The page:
Vertical grates prevent carp from entering the lake but do not block the passage of native fish or crabs. . Photo: Abby Valine/USFWS

Reprinted courtesy of
Staff Report
Using the recently announced $1 million grant from the Bipartisan Infrastructure Law, large numbers of common carp will soon be removed from Lake Mattamuskeet, making room for freshwater fish including largemouth bass, crappie, catfish, sunfish and striped bass. 

“Lake Mattamuskeet is the centerpiece of Hyde County,” said Kendall Smith, refuge manager at Mattamuskeet National Wildlife Refuge. “It has provided a prime source of outdoor recreation for years and continues to be treasured even in its impaired state.”  

The invasive carp in Lake Mattamuskeet compete with native fish for the natural resources, destroy the natural aquatic habitat, and degrade water quality by muddying the waters and uprooting aquatic plants. Their destruction also negatively impacts migratory wintering waterfowl that feed on the plants.

The funding will help the U.S. Fish and Wildlife Service improve the natural environment of the 40,000-acre Lake Mattamuskeet and its four outlet canals. Combatting aquatic invasive species, like the carp in the lake, protects wildlife, improves water quality, supports the community and restores the natural ecosystem and habitat, officials said.

The Fish and Wildlife Service partnered with the North Carolina Wildlife Resources Commission to get rid of the carp that block sunlight the underwater plants need to grow and uproot necessary vegetation for other wildlife.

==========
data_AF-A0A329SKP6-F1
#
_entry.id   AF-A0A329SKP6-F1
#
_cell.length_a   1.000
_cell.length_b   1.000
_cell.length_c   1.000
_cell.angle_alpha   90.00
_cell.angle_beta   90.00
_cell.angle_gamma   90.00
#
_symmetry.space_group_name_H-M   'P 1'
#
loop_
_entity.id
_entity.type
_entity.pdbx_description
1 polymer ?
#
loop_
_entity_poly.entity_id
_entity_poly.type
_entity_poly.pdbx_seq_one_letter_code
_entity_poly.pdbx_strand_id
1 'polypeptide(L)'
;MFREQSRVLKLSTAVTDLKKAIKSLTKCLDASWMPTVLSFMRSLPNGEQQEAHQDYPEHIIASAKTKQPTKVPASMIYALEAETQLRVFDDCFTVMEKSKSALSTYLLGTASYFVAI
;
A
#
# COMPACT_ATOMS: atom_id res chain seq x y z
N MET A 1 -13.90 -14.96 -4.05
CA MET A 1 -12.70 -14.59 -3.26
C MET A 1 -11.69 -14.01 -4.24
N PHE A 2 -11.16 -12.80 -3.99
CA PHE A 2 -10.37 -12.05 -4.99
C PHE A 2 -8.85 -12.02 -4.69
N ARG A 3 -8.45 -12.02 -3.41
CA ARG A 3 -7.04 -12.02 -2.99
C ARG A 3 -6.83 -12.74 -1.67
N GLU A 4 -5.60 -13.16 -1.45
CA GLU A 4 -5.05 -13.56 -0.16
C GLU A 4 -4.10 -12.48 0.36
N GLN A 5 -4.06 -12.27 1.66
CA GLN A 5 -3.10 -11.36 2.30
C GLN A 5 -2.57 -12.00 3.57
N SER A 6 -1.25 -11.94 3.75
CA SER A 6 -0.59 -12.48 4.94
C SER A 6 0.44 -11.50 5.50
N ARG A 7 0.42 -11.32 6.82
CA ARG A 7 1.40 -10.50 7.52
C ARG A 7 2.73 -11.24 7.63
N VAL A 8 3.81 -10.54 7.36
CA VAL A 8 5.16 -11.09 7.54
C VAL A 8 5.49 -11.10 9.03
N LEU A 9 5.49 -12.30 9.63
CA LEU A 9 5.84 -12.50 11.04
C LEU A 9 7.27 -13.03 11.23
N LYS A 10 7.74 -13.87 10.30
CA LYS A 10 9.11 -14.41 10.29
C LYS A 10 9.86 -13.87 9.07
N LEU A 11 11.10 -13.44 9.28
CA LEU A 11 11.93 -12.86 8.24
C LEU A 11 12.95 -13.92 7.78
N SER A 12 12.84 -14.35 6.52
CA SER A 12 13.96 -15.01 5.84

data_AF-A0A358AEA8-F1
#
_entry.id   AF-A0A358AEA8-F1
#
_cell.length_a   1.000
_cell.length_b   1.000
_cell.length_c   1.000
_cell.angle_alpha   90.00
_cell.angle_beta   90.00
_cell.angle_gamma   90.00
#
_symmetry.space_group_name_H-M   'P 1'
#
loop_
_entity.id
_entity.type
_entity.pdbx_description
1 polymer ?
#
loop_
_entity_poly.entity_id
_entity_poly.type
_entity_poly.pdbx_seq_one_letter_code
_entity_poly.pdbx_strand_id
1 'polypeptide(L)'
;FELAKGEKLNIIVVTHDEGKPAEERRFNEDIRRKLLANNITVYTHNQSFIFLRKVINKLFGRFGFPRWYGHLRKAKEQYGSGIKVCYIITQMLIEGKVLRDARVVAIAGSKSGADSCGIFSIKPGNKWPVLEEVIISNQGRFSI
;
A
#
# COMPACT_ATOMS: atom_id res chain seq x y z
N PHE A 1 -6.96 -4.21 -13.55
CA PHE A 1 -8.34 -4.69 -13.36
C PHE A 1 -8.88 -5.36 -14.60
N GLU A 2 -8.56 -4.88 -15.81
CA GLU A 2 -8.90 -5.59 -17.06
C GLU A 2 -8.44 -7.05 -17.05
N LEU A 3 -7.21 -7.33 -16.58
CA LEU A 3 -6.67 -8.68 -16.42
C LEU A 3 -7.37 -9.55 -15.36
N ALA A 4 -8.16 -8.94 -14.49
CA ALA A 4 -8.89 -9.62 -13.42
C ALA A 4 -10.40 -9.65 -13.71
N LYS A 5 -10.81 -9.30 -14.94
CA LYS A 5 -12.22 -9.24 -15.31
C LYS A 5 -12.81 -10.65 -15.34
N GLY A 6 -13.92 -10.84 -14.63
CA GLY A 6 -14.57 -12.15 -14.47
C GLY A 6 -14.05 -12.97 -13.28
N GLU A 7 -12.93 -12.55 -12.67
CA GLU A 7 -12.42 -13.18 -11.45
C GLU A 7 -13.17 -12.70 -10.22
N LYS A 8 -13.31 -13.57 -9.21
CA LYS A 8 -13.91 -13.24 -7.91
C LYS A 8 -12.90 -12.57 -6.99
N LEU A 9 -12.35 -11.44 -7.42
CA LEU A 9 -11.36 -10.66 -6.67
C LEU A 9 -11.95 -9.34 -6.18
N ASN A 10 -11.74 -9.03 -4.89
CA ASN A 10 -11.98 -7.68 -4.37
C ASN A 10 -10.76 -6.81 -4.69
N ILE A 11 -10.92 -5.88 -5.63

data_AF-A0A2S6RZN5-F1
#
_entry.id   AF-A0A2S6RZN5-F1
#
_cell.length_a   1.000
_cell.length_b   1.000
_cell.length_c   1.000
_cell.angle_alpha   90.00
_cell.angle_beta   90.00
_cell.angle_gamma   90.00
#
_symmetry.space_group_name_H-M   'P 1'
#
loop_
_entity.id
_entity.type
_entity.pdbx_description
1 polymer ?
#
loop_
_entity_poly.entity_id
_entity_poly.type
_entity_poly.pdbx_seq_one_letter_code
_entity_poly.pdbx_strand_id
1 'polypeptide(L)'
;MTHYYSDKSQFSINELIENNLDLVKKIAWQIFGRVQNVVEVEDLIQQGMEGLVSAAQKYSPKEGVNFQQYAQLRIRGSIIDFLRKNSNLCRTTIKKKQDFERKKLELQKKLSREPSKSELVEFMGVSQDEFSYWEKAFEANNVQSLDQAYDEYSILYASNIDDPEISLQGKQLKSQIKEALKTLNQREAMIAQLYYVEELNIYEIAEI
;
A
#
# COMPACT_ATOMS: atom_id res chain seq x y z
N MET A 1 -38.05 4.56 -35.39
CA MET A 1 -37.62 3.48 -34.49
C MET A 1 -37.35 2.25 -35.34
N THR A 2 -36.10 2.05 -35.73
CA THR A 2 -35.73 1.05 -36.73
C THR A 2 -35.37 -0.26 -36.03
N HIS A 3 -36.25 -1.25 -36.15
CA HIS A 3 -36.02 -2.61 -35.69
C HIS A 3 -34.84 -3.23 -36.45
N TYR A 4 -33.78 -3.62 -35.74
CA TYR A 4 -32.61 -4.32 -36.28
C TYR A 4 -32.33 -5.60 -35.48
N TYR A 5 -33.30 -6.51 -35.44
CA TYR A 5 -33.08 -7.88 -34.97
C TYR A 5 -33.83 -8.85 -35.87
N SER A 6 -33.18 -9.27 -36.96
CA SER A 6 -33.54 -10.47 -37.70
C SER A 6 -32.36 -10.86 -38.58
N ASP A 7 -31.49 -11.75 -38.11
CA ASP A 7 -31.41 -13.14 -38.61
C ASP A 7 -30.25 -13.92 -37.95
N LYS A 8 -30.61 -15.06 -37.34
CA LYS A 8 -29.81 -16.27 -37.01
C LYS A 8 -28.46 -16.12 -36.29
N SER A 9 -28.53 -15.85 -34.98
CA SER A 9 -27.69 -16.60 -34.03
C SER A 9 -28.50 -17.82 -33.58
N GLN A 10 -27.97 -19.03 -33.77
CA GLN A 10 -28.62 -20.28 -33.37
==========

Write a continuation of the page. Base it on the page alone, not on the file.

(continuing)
Several years ago, barriers were installed at the lake’s four tide gates to keep adult carp from entering the lake, but the carp still in the lake must go.

The carp will be removed using large-haul seines, baited traps, pound nets and herding methods to move carp into nets successfully.  Once netted, carp are extracted from the lake.

“Removing a large amount of the carp and keeping the population low will improve water quality by increasing sunlight and decreasing the sediment they stir up, which clouds the water,” Smith said.  “Better water quality will allow underwater plants to grow, providing a healthier habitat for birds and fish and a better experience for our neighbors and friends who enjoy Lake Mattamuskeet.”

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